May your God go with you - by Carmen Gomez

Carmen Gomez

Chapter seven of my book of memoirs starts with the title;

“I remember being in awe of William.” Each year, as December comes upon us, it marks an anniversary for him;

 17 years now which seems like yesterday. This time of year I am reminded of him by many I come across in my walks; in particular friends who remember him fondly; who worked side by side with him either at school or on some production he either acted in, because he loved the theatre too, or in one of the many “Miss Gibraltar Shows” he produced, sixteen in total; and who miss their conversations with him.

I remember William once asking me if I thought he would be remembered; I smiled at him with a broken heart and replied, “of course they will remember you, and they will remember your music, which will live on; after you have gone; that is your legacy.”

Ave Maria

I have lost count of the many times Yvonne and I have been approached by kind people wanting us to know that they had heard his most special arrangement of the “Ave Maria;” the copyright of which he gave to the people of Gibraltar; being sung by school children; something which would have pleased William enormously as he had cherished his time as a teacher. He touched the hearts of so many of our younger generation.

Indeed his most special composition, has been sang and played not only here on a myriad of occasions, but abroad; sung by the famous and not so famous. There are I believe something like 3,000 different arrangements of the “Ave Maria” out there, but his seems to have captured everyone’s hearts; I have read comments like “this particular arrangement will make history as the most beautiful work of religious music; ‘bellisima creacion;’ extraordinary composition; or one of the most haunting.”

The Maestro

Recently I attended a gathering of journalists and among them was this elegant gentleman from Spain, who when asked by someone if he knew or had heard of my brother he replied, “Who has not heard of the “Celebre” William Gomez;” “el maestro que adornaba la guitarra.”

They know of him in Spain because when the Maestro of classical guitar, Segovia, heard him play at the tender age of eleven, he said of him that he would rank amongst the three top virtuosos of our time; himself, Narciso Yepes and William Gomez. At an early age William was pursuing a highly promising journey within the cultural circles he was destined for, in the home of the classical guitar.

But after one of his very successful concerts there, an ill meaning Spanish radio journalist tackled him about his Gibraltarian nationality, something he was as passionate about as his music, with disastrous consequences. He was banned by the Franco regime from playing in Spain. So when Solly Azagury, from Gibraltar, dedicated a most exquisite poem to him titled “Cuando suena esta Guitarra;” and spoke of, “when art crosses frontiers, prejudices are subdued and resentments are annihilated, at the sound of this guitar;” he was talking about sentiments that Spain did not share, nor could ever understand; i.e. that art and politics should never mix.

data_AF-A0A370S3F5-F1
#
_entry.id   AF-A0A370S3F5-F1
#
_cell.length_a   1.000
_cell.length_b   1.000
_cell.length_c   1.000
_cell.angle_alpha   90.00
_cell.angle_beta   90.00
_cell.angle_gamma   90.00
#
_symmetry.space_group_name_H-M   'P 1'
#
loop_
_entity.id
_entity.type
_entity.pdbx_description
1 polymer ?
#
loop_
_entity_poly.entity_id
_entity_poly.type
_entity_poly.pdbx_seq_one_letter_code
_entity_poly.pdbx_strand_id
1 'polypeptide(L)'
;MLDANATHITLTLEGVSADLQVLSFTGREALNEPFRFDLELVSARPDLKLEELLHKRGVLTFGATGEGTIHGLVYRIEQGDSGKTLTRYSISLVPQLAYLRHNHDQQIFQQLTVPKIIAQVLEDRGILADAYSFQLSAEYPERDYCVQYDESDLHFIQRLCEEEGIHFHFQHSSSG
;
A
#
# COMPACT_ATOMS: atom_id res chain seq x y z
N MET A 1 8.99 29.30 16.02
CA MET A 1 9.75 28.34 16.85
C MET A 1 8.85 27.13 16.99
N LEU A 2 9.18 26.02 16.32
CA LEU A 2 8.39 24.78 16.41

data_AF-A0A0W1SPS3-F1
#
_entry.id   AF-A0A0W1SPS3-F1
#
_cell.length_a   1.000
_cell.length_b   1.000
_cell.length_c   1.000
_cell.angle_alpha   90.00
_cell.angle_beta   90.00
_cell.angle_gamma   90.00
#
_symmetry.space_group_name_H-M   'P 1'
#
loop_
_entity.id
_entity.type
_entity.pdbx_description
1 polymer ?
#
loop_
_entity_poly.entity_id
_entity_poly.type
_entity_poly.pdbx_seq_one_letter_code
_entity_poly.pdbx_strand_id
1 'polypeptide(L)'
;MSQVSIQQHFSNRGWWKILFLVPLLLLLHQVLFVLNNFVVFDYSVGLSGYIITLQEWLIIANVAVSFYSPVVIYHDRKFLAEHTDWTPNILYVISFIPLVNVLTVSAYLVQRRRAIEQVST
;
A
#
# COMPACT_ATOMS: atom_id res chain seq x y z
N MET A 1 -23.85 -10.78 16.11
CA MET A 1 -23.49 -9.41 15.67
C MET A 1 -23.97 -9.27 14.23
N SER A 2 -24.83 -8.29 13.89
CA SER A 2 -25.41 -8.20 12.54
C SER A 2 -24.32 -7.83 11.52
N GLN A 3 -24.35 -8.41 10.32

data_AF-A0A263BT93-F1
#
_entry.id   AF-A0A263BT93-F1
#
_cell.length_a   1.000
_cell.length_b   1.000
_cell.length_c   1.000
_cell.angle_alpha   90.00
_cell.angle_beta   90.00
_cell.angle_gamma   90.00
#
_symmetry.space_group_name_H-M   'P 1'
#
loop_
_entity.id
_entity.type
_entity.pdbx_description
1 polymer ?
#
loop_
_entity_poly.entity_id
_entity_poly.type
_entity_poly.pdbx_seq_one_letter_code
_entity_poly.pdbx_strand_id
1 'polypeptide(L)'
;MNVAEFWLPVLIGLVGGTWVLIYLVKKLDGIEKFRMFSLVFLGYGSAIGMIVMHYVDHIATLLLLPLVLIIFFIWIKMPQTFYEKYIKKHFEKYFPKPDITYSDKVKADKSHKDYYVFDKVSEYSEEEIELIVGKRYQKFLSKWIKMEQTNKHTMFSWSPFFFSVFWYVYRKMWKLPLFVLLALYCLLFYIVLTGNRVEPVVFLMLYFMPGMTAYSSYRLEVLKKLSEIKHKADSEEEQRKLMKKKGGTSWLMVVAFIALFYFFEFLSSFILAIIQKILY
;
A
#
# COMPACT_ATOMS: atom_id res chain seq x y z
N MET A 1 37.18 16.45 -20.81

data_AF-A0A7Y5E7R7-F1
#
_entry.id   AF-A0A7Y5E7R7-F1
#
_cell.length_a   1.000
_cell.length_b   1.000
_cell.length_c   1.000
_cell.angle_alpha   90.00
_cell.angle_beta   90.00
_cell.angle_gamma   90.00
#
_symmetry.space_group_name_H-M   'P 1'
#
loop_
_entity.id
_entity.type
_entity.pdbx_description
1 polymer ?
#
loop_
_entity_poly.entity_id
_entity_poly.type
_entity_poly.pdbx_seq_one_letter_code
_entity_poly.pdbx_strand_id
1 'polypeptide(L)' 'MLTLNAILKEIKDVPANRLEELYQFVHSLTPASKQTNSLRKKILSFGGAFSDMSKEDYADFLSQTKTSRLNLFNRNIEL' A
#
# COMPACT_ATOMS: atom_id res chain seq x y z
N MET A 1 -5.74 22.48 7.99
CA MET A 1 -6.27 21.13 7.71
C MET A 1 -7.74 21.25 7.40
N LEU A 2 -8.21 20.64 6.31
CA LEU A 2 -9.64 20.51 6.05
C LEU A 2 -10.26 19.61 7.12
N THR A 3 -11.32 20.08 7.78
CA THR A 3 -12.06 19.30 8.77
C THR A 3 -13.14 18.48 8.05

Going back to said chapter I go on to say, “I don’t think at that age, we were really aware that our brother was a child prodigy; but I do remember being in awe of him and his guitar playing, as I watched his long slender fingers dance up and down the strings, and those manicured nails on his right hand strumming them.

Feeling proud

All I wished to do was merely watch him, and listen to his playing with an insatiable admiration, such as my young heart was able to arouse. He made the guitar sound like the most beautiful and sensual instrument in the world, as if it were an extension of his innermost thoughts; of his soul. If baby Yvonne had made me feel very special when she was born, William made me feel very proud.” The author Carmen Posso once wrote of him “William Gomez was born with a guitar in his arms and the notes of its music in his soul.”

William wrote and co-wrote many beautiful compositions which I hope that one day will see the light of day and be housed somewhere, in some archive, in his beloved Gibraltar, together with that of other celebrated local artists of the day for all to share.

So, coming back to the month of December and Christmas time; it is well known that people have a natural tendency to remember those who have passed away and recall those happy years of our youth, so precious in their day.

Is a time of remembrance

Not that we don’t remember our loved ones during the year, but the month of December, so close to the end of the year, is a time of remembrance; in the same way as some of us celebrate the birth of the baby Jesus, when we set up our cribs at home. It’s a time when we tend to think just that bit extra about those less fortunate than ourselves; although having said that, Gibraltar never forgets those in need; whether locally, across the way and or the less fortunate in lands far away. Long may it be so.

Even the bishop this year invites those who may not have a family to be with, to join him and share a Christmas meal with him. In “The magic of Christmas” which made it to my tenth chapter in my memoirs, I recall happy, fun days of being with the family and doing things together as a family; like adorning the tree; putting up “El Nacimiento” or looking forward to our very own open day at home, when the door of our house would be open to one and all, where music would be played and anyone passing by was invited to participate.

A time when we sang carols in Spanish and English to the accompaniment of the “zambomba,” tambourines and the sound of knives being played up and down the ridges of an empty crystal bottle of anis. This going down memory lane, is a penchant of mine; a way of keeping in touch with the world we used to live in; together; accomplices in the moment, you and I.

In the words of the Irish comedian Dave Allen, “ May your God go with you.”